Consumer Optimism Rises; Don't Expect Same from Spending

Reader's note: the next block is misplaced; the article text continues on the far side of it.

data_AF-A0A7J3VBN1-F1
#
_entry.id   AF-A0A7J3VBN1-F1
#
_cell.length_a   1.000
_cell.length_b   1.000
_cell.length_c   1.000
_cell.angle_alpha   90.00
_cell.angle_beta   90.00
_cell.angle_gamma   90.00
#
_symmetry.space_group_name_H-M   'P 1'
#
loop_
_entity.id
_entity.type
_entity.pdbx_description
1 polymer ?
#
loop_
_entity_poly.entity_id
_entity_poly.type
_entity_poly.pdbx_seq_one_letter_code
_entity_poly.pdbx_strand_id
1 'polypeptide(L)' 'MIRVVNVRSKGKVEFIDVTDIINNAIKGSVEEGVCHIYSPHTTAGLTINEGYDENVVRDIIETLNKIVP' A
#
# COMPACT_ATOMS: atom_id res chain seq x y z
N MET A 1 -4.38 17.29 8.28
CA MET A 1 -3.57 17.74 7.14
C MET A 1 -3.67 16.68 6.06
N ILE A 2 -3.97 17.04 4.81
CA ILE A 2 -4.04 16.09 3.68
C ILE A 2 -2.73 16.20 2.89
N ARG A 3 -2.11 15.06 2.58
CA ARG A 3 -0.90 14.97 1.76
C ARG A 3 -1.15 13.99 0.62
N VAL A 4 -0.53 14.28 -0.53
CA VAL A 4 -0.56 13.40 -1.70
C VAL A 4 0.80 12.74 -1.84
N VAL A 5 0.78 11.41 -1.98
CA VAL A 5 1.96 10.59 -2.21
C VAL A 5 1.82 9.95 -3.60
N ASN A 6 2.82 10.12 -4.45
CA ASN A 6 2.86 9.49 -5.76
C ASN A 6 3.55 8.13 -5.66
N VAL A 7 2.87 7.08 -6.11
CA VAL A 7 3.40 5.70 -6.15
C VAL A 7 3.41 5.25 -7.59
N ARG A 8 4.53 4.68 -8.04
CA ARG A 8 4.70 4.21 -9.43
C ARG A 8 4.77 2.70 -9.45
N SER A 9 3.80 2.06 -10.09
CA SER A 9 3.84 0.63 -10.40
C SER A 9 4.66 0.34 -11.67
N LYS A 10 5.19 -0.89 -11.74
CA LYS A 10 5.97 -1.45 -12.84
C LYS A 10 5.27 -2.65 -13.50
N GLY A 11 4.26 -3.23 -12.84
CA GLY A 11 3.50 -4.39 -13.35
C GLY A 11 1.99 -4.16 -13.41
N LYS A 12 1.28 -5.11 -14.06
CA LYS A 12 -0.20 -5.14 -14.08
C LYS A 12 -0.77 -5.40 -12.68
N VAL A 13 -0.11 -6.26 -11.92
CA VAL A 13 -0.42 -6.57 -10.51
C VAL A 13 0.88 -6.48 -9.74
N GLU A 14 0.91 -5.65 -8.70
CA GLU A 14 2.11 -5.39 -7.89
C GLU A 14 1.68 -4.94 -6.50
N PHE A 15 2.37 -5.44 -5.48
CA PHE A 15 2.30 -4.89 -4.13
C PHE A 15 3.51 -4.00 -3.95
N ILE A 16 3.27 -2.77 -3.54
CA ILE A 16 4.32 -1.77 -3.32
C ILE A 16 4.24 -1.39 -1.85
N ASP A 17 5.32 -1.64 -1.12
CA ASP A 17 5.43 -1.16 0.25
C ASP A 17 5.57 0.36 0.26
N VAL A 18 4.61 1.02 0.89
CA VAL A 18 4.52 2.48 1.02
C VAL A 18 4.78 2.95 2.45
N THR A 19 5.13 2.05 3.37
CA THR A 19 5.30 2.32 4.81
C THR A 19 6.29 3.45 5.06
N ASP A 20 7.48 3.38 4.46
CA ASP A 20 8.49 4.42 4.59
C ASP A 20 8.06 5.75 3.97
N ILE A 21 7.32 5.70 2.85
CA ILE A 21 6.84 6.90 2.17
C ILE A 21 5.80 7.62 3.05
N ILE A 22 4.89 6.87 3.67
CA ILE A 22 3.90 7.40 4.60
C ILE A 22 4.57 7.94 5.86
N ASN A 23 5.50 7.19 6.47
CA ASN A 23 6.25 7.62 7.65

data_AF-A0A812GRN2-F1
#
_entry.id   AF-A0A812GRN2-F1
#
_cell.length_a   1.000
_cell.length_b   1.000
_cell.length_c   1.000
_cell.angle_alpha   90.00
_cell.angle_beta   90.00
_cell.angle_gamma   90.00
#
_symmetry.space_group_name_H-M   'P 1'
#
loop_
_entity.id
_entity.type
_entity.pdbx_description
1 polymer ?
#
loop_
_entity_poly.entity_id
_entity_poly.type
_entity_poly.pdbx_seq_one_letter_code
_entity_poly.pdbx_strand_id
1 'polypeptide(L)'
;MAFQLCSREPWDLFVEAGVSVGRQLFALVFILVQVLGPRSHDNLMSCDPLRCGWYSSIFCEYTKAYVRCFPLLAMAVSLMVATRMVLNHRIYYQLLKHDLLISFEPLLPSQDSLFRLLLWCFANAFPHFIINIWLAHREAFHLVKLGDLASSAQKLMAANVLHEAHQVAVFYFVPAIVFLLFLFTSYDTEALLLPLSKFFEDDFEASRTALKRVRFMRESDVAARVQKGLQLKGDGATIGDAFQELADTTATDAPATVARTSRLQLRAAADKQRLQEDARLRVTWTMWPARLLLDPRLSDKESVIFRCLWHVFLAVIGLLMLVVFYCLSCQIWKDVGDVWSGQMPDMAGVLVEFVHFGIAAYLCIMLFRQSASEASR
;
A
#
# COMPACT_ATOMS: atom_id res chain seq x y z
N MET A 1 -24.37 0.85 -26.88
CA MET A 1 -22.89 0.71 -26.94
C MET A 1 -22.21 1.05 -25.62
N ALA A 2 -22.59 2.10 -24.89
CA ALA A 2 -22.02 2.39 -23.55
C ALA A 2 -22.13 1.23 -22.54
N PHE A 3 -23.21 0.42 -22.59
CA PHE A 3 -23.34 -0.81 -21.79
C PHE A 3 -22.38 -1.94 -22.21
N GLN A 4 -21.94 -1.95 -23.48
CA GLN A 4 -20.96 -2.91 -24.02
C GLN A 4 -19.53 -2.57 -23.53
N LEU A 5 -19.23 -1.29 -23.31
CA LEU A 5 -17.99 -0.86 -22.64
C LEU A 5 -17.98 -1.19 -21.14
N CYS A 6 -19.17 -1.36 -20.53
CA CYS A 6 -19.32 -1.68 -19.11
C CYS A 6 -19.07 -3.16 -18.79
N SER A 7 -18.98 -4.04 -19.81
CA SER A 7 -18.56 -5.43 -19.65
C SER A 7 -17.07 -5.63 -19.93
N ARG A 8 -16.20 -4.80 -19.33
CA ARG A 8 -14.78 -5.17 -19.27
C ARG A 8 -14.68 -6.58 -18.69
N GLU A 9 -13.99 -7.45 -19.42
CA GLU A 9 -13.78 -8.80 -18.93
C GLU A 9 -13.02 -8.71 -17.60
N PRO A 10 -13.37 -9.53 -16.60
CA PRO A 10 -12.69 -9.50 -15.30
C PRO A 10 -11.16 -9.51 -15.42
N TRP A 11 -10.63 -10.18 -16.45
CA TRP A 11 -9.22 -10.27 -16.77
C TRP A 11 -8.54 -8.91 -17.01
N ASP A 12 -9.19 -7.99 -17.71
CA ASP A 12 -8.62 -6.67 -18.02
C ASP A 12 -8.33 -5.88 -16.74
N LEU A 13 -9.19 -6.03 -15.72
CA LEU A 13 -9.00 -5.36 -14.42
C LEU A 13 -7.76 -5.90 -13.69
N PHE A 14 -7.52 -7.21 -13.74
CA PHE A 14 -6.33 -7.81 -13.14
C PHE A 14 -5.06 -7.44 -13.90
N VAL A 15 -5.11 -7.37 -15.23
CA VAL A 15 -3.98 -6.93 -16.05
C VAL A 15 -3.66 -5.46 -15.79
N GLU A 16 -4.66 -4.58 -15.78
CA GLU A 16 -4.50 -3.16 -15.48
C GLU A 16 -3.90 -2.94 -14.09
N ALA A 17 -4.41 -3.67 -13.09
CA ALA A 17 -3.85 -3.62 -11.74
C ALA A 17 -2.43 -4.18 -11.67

A study released Wednesday by credit card issuer Discover found that consumer sentiment bounced in March, although consumers still say they expect to spend less and save more; the study is the latest to shed light on fast-changing American consumer attitudes towards debt and spending. Discover's U.S. Spending Monitor, which tracks consumer attitudes about the state of the U.S. economy, rose 3.8 points in March to an index value of 79.5 out of a possible 100 as the number of consumers saying the economy was improving nearly doubled from February. At the end of February, a record low 8 percent of the country thought the outlook was brightening; by the end of March, 15 percent of the 15,000 American adults surveyed reported they thought the economy was improving. The growing economic optimism among consumers also coincided with a sharp drop in the number who thought things were getting worse. In February, nearly 70 percent said the economy was in for tougher times ahead, compared to 61 percent in March. The rise in economic confidence among consumers, however, isn't likely to translate into increased spending any time soon. A record low number of consumers feel their personal finances are in good or excellent condition, and few suggested they planned to spend more in the months ahead. Spending cuts ahead March's survey found considerably more consumers saying they intend to cut back on spending in the near future, in fact; 28 percent of those surveyed indicated such an intention. 54 percent of consumers say they will spend less on discretionary items, while 51 percent said they will delay major purchases. Less spending likely portends more economic difficulties for businesses in the months ahead. "The good news is a few more consumers are feeling the economy has turned a corner, and better days lie ahead," said Julie Loeger, senior vice president of brand and product management for Discover Financial Services. "But rising economic confidence has not changed consumers' spending behavior as a majority of them continue to anticipate cutting spending." In March, nearly 57 percent of consumers said they are somewhat to very concerned about the debt they are carrying. When asked what they would do with extra money if they had it, 38 percent of consumers said they would pay down either mortgage or credit card debt, and 33 percent said they would save the money. Only 10 percent said they'd buy something they've been putting off -- and only 2 percent said they'd take a vacation with the extra money. Those numbers are borne out in hard data released Wednesday by the Federal Reserve, which found that consumer credit outstanding decreased at a seasonally-adjusted annual rate of 3.5 percent, or $7.5 billion, to $2.564 trillion, in Febuary. Revolving debt -- which mostly reflects credit-card financing -- retreated by $7.8 billion to $955.7 billion, or a 9.7 percent rate. That's the fastest contraction of revolving credit recorded in over three decades. The bottom line: American's attitudes towards money are undergoing a pretty dramatic makeover. For originators in the mortgage industry, rising unemployment trending along with a strong shift in consumer attitudes should be factored into any predictions of origination volume, particularly for purchase mortgages. Write to Paul Jackson at firstname.lastname@example.org.